My Matchday - 225 Rockingham Road

Kettering Town 4v0 Gateshead
Blue Sq. Premier
Tuesday 8th September 2009

Kettering in a town on the River Ise in the East Midlands. The town grew as part of the Northamptonshire boot and shoe industry, which became an integral part in Kettering’s economy in the 19th century. The town was built up with new homes in Newlands and Rockingham Road for the factories owners, with terraced streets built to accommodate the workers.

Kettering FC formed in 1872, originally playing in the Midland League, winning two league titles before progressing to the Southern League at the turn of the 20th century.
Town was adding to the club name in 1924 and over the next five years finished runners-up and twice winners of the leagues East section, and overall champions in 1927-28.
Over the next two decades the Poppies played in the East Midlands League and the Birmingham & District League, adding more league honours in both competitions before returning to the Southern League in 1950.
Tommy Lawton guided Kettering to another league title in 1957, then a third success, this time under the leadership of Big Ron (jingle-jangle)Atkinson in 1973.
A Wembley appearance in the FA Trophy in 1979, losing 2-0 to Stafford Rangers in the final, was then followed by the club becoming founder members of the Football Alliance in the same year.
The club established themselves as one of the leading clubs in Non-League’s top league, although top position has eluded them four times, finishing runners up on two occasions twice in both the eighties and nineties.
The new millennium started well with another trip to Wembley, but a narrow defeat to Kingstonian denied the Poppies a chance to get their hands on the FA Trophy.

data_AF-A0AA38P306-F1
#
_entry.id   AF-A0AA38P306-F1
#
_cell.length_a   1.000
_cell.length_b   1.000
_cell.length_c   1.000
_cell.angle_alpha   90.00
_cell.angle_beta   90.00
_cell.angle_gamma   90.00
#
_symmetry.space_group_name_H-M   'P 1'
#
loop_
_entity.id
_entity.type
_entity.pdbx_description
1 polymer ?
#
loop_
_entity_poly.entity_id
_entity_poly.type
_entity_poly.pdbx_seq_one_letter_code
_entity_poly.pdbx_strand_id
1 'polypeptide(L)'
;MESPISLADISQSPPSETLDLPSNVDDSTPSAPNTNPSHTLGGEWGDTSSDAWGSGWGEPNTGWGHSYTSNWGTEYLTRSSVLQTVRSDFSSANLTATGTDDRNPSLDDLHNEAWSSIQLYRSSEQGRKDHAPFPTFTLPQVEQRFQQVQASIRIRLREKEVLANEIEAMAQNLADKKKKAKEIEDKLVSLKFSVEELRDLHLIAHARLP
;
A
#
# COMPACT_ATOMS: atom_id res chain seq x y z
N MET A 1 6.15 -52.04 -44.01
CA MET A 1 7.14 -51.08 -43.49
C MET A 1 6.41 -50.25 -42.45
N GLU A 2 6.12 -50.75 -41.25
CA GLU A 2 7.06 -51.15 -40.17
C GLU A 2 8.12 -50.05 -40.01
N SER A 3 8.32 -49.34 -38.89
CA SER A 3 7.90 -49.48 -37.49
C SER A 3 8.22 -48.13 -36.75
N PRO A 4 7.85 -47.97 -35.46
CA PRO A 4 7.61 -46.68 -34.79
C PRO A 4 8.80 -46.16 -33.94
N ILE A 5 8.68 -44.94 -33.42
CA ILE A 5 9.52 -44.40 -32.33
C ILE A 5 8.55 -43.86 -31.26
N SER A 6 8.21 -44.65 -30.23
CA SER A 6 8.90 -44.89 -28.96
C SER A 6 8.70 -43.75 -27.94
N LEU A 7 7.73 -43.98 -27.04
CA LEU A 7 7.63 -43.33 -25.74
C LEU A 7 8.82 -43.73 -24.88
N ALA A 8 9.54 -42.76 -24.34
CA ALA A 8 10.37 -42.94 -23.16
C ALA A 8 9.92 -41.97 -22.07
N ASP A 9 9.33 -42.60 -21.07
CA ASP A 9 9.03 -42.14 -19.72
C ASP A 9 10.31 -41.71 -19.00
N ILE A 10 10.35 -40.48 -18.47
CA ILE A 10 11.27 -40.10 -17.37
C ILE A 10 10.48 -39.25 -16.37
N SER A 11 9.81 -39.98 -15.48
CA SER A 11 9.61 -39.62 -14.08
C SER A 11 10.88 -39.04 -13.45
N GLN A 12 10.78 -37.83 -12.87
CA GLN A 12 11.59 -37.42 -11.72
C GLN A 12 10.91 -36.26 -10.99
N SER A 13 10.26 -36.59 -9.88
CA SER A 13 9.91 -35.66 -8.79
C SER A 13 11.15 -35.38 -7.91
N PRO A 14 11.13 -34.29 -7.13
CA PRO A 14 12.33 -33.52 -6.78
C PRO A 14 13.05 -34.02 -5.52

The following season the club were relegated from the Conference for the first time in over 30 years of top flight Non-League football.
Over the following seasons the club were promoted and again relegated, playing in the Southern League then the Ryman League, where a ninth place finish was enough the ensure a spot in the newly formed Conference North.
After previously missing out via the play-offs, they returned to the Conference when winning the North title in 2007-08 with a record 97 points tally.
The club originally played on George Eldred’s Field until 1894 when they moved to North Park until residing at Rockingham Road from 1897.
Built in 1972, the Main Stand is a large cantilever structure with a capacity of 1,747 red seats, as well as a model owl sitting in the roof to frighten off the pigeons. The stand is nearer the Rockingham Road end, the space at the other side is taking up by the Tin Hat Social Club, sponsors lounge and disabled area. The press area is in the corner of the stand but gives a central view due to the stands position.
The Britannia Road Terrace has cover running almost pitch length, the roof is set back giving shelter to those standing at the rear. There’s also a TV gantry which would be hard to spot if it wasn’t for the TV screen lit up inside and the big McDonalds logo on its wall.
There is open terraces behind each goal. Away supporters are allocated the Rockingham Road End which is smaller terrace with no steps, this replaced the old popular covered Tin Hat end. Large away followings are also allocated a section of the Main Stand.
The Cowper Street End is a larger terrace, with a large walkway at the top and steps below.
A feature of Rockingham Road is the four floodlights pylons which each form the letter K within the bulbs. The first club to do such a thing, way before di Villa with their A and V.
The ground was named the A-Line Arena, but recently became the Elgoods Brewery Arena(quality ales) and now has an overall capacity of 6,264.